- Chapter 9 of Ohlmann 2016 (phd thesis)
- Their setup very similar to the one we are using (2 Msun RGB with R = 48 Rsun + 1 Msun companion and initial separation similar to ours, but they have 95% corotation to begin with)
- Contains a critique of Nandez+2015
- Very little difference in the separation curves between ideal gas and OPAL EOS simulations
- More mass is unbound (KE+PE density unbound criteria) in the simulation with the OPAL EOS (Fig. 9.3 — compare blue and yellow curves)
- Includes spatial analysis of where recombination energy is released and whether it contributes to unbinding (Fig. 9.5)
- As in our simulation their high ambient temperature causes material near the surface to be ionized from t=0
- Shows spatial evolution of ionization states in Fig. 9.6

- Prust & Chang 2019
- Study a system almost identical to our own (looking at two cases: 95% corotation or no initial spin like us) — their initial separation is slightly greater than us (52 Rsun compared to 48 Rsun), and they mention that their star is slightly bigger compared to Ohlmann+16a (the latter is almost identical to ours)
- For internal energy density criterion, they get some ~65% of the envelope mass ejected by the end of the simulations (240 days)
- For the KE+PE density criterion, they find that the it is only about 8% ejected (but rising) by 240 days: Unlike Ohlmann+16a but like us, they find a decreasing trend (before a rising trend) — see their Fig. 6
- They do not try an ideal gas (gamma=5/3) model
- Their final separation (no initial corotation) is 3.2 Rsun at 240 days — apparently still decreasing slowly by the end of the simulation (see Fig. 7)

1D simulations

- Ivanova, Justham & Podsiadlowski 2015
- Importance of helium vis-a-vis hydrogen recombination energy
- Detailed study of usefulness of recombination energy in unbinding envelope in their 1D simulations
- Find that ~90% of helium recombination energy is used to unbind the envelope, while for hydrogen it is less clear

Analytical modeling

- Ivanova+ 2013
- Argue that much of the hydrogen recombination energy does not get released until after envelope ejection
- Argue that the subsequent release of this energy can explain LRNe
- Argue that the luminosity comes from the recombination front, i.e. photosphere ~= recombination front
- For the latter they cite Popov (1991) (see text after eq 7 in Popov 1991, in that model R_i is the radius of the front, dimensionless radius of the front is x_i). See also Kasen+Woosley(2009).
- The location of this recombination front is expected to be "almost constant," in contrast with the CE ejecta, which moves out at a speed which is of order the escape speed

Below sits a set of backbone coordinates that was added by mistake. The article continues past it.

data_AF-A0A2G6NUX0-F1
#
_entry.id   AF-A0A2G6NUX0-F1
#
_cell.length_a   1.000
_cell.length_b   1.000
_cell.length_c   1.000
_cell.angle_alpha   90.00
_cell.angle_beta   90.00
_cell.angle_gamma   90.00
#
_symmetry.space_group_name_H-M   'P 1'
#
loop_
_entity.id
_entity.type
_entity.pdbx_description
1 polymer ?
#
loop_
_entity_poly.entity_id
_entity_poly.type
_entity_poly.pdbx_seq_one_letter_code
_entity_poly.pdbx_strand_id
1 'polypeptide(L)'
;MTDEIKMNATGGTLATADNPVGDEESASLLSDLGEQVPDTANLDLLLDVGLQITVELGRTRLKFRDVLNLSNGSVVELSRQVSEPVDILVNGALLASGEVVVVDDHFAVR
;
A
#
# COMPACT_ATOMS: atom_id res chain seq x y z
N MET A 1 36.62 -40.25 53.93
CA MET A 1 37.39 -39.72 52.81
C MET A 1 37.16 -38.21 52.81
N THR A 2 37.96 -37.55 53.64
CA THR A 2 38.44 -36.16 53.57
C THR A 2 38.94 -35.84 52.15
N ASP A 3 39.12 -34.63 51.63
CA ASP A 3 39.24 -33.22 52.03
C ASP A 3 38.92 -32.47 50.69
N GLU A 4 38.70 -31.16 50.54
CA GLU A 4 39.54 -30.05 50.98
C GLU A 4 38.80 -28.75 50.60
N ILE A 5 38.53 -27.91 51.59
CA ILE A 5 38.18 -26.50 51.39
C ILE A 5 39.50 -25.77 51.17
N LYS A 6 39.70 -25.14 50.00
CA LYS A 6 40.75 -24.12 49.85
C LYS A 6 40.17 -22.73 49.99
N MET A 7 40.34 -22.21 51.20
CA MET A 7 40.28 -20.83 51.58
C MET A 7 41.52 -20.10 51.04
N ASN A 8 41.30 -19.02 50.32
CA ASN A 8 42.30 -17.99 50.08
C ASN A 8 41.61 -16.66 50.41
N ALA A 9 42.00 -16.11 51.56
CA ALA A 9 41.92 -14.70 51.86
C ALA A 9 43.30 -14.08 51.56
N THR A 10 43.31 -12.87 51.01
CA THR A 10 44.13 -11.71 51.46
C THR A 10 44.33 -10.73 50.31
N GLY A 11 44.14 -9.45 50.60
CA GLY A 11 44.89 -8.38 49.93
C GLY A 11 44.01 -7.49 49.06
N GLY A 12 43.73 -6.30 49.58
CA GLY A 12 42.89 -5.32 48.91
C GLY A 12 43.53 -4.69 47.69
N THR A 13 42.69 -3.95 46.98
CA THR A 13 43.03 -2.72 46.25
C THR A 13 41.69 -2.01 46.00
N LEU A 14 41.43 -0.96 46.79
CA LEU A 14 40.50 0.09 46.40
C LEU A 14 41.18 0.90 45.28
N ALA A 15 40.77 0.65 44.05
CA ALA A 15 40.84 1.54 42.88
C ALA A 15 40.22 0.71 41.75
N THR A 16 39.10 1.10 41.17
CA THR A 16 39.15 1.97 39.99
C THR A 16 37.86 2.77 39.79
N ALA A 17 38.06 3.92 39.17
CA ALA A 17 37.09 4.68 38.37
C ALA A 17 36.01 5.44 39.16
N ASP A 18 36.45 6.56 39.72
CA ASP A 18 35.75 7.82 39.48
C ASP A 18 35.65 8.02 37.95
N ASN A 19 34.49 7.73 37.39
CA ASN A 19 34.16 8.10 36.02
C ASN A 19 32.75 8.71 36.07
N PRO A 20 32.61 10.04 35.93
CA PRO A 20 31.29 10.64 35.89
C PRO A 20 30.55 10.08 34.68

- This also implies importance of helium vis-a-vis hydrogen recombination energy in assisting envelope ejection (see Lau+22)

Papers focusing on whether recombination energy is lost owing to radiation or convection+radiation before it can contribute to unbinding

- Soker & Harpaz 2003
- Sabach, Hillel, Schreier & Soker 2017
- Grichener, Efrat & Soker 2018
- Soker, Grichener & Sabach 2018
- Ivanova 2018

Other recent CE papers not directly relevant

- Ondratschek, Roepke, Schneider+ 2021(preprint)
- "able to follow the evolution to complete envelope ejection" — 99% unbound by "kinetic energy criterion"

- Law-Smith, Everson, Ramirez-Ruiz+ 2020(preprint)
- Clayton, Podsiadlowski, Ivanova+ 2017
- Sequel to Ivanova+2015, now extending simulations to include episodic dynamical mass ejections

- Ricker, Timmes, Taam & Webbink 2019

### Status of runs

Summary:

**Run 277: MESA EOS (completed up to frame 322 or 75 days on Frontera)****Run 282: Ideal gas gamma=5/3 EOS (completed up to frame 343 or 79 days on Frontera)****Run 283: MESA EOS with recombination energy removed from EOS tables (completed up to frame 218 or 50 days on Frontera)**- Run 276: MESA EOS with maxlevel increased by 1 compared to Run 277 (for convergence study — completed up to frame 47 or 11 days on Frontera)
- Run 28?: MESA EOS with maxlevel reduced by 1 compared to Run 277 (for convergence study — not yet started on Frontera)
- Run 271: MESA EOS with 7 times higher ambient (to explore role of ambient) (completed up to frame 235 or 54 days and will not extend)